24 October ~ On October 22, 1983, I saw a highly entertaining 2-2 draw in a fourth-level Serie C2 match in Rome's Stadio Flaminio between Lodigiani of Rome and Licata, from Sicily. Ten years later almost to the day I saw Atalanta hang on desperately for a 1-1 Serie A draw with nine-man Foggia. The common denominator? The coach of both Licata and Foggia was Zdenek Zeman. Now 64, Zeman is currently in charge of Serie B Pescara. They have 22 points from 11 games, having scored 27 goals and conceded 18. Last season, back at Foggia in the third-tier Prima Divisione, he led his side to a sixth-place finish with 67 goals scored and 58 conceded in 34 games.
These figures tell you all you need to know about Zeman. He sends his teams out to attack. Usually a 5-3 result in Italy means that something has gone wrong, but with Zeman it's the 0-0 that is the exception.
Born in Bohemia, he found himself in Italy during the failed 1968 revolution and never returned. He has been an Italian citizen since 1975, and has a degree in physical education, which included a dissertation on sports medicine. I wish there were more coaches like Zeman in Italy. His critics say he has won little or nothing. He has of course had his failures, usually because he couldn't convince conservative players to adapt to his methods.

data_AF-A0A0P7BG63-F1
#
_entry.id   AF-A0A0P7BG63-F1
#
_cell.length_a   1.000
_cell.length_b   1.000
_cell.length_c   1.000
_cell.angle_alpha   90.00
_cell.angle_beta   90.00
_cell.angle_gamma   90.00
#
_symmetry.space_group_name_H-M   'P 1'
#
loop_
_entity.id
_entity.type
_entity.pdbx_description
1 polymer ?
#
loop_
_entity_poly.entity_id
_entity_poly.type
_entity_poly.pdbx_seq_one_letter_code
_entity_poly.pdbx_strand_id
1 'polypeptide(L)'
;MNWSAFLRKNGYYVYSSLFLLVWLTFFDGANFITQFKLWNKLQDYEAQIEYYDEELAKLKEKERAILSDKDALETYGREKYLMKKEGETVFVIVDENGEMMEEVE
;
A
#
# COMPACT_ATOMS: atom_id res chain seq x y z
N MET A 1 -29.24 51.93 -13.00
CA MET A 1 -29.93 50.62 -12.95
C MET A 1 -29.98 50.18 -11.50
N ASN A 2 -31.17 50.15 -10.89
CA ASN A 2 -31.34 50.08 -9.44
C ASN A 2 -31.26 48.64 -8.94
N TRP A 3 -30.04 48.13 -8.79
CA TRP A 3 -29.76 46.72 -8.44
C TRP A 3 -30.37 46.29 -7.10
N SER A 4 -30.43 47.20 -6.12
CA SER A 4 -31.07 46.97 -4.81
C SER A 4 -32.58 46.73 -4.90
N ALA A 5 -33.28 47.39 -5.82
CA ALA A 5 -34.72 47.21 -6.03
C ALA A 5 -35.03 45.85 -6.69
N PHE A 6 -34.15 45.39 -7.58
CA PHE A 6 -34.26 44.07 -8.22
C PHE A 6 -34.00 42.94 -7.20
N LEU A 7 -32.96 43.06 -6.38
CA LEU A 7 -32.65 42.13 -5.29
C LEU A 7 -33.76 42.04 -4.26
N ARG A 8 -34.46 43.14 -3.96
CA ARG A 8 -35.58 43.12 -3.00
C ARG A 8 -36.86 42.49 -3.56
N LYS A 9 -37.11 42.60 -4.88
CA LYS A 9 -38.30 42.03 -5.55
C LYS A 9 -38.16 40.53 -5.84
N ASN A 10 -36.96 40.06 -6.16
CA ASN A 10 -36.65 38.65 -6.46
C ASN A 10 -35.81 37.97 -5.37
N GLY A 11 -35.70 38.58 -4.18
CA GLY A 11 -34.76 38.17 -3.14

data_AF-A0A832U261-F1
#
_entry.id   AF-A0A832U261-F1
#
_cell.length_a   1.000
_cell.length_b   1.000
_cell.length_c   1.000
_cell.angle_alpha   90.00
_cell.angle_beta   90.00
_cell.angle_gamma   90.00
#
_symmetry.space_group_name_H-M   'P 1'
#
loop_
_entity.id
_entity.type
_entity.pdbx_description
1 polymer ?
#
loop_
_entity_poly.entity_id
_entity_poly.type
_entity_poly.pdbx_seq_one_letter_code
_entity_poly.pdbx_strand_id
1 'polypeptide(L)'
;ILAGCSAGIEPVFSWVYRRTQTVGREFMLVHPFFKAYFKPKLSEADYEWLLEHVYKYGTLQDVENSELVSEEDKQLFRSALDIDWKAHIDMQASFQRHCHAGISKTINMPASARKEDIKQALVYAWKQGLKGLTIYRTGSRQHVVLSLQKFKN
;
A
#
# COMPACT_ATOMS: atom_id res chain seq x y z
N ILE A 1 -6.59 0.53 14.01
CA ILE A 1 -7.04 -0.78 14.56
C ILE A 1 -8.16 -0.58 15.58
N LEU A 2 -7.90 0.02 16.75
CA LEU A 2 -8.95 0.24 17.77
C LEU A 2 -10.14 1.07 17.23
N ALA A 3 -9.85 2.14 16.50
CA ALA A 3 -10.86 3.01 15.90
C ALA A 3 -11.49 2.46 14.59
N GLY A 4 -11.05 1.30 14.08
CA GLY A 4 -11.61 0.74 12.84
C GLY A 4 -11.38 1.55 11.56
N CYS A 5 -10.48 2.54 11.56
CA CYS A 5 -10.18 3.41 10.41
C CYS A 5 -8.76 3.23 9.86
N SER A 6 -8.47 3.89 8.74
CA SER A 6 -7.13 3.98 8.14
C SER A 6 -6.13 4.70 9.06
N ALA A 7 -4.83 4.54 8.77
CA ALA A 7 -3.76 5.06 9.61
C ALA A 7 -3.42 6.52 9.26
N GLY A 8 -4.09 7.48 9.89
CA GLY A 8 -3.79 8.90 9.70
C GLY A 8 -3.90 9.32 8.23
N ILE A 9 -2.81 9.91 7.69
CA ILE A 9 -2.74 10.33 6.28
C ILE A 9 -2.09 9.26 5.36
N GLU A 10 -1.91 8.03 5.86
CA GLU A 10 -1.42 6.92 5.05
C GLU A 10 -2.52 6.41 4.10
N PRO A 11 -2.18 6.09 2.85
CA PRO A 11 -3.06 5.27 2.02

He is also a coach who cannot take over a club mid-season, as his disastrous 11-game stint with Brescia in 2006 showed. But what he achieved at small-time Foggia between 1989 and 1994 was little short of miraculous as he launched players like Giuseppe Signori, Francesco Baiano and Roberto Rambaudi to stardom. When he left Foggia returned to their previous anonymity.
He is more than a coach. He teaches his players to play a style of football that entertains the paying customer. His teams, always in the 4-3-3 formation, play like a tightrope walker with no safety net under him. More than that, he genuinely believes in the importance of fair play.
But he is a hate-figure with much of the football establishment because of his 1998 revelations on sport and doping with particular reference to Juventus. In the face of vicious criticism (Gianluca Vialli called him a “terrorist”) he has always stood his ground, and has been proved right even though no Juventus player of the 1994-98 era was ever suspended because the substances administered were not illegal at the time.
In the murky world of Italian football, Zeman is a beacon of light. You could almost call him an Italian version of Ron Greenwood, an idealist largely preaching in the desert. He will receive no thanks from the authorities, but when he finally retires, the fans should erect a monument to him. Richard Mason